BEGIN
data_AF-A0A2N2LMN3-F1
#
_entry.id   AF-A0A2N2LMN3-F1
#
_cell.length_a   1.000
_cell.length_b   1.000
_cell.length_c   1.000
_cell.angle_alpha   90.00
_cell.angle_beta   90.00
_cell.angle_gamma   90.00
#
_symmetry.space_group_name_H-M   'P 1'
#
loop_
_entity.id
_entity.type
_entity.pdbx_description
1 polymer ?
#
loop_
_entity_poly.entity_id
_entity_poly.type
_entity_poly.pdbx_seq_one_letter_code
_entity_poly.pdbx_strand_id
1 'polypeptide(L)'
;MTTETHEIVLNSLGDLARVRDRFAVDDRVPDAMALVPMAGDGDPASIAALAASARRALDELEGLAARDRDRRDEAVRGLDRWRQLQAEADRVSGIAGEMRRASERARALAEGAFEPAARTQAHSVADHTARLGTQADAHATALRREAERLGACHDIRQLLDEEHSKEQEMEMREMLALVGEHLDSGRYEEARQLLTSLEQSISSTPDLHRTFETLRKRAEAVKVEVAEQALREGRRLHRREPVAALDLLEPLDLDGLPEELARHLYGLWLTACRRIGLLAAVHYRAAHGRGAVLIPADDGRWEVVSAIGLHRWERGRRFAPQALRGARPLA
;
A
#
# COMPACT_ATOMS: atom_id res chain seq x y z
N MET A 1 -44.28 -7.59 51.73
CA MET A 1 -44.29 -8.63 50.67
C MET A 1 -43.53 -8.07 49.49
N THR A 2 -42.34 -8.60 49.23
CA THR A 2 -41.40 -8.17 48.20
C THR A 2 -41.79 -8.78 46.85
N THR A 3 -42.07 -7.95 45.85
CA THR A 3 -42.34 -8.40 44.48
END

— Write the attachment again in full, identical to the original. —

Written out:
data_AF-A0A2N2LMN3-F1
#
_entry.id   AF-A0A2N2LMN3-F1
#
_cell.length_a   1.000
_cell.length_b   1.000
_cell.length_c   1.000
_cell.angle_alpha   90.00
_cell.angle_beta   90.00
_cell.angle_gamma   90.00
#
_symmetry.space_group_name_H-M   'P 1'
#
loop_
_entity.id
_entity.type
_entity.pdbx_description
1 polymer ?
#
loop_
_entity_poly.entity_id
_entity_poly.type
_entity_poly.pdbx_seq_one_letter_code
_entity_poly.pdbx_strand_id
1 'polypeptide(L)'
;MTTETHEIVLNSLGDLARVRDRFAVDDRVPDAMALVPMAGDGDPASIAALAASARRALDELEGLAARDRDRRDEAVRGLDRWRQLQAEADRVSGIAGEMRRASERARALAEGAFEPAARTQAHSVADHTARLGTQADAHATALRREAERLGACHDIRQLLDEEHSKEQEMEMREMLALVGEHLDSGRYEEARQLLTSLEQSISSTPDLHRTFETLRKRAEAVKVEVAEQALREGRRLHRREPVAALDLLEPLDLDGLPEELARHLYGLWLTACRRIGLLAAVHYRAAHGRGAVLIPADDGRWEVVSAIGLHRWERGRRFAPQALRGARPLA
;
A
#
# COMPACT_ATOMS: atom_id res chain seq x y z
N MET A 1 -44.28 -7.59 51.73
CA MET A 1 -44.29 -8.63 50.67
C MET A 1 -43.53 -8.07 49.49
N THR A 2 -42.34 -8.60 49.23
CA THR A 2 -41.40 -8.17 48.20
C THR A 2 -41.79 -8.78 46.85
N THR A 3 -42.07 -7.95 45.85
CA THR A 3 -42.34 -8.40 44.48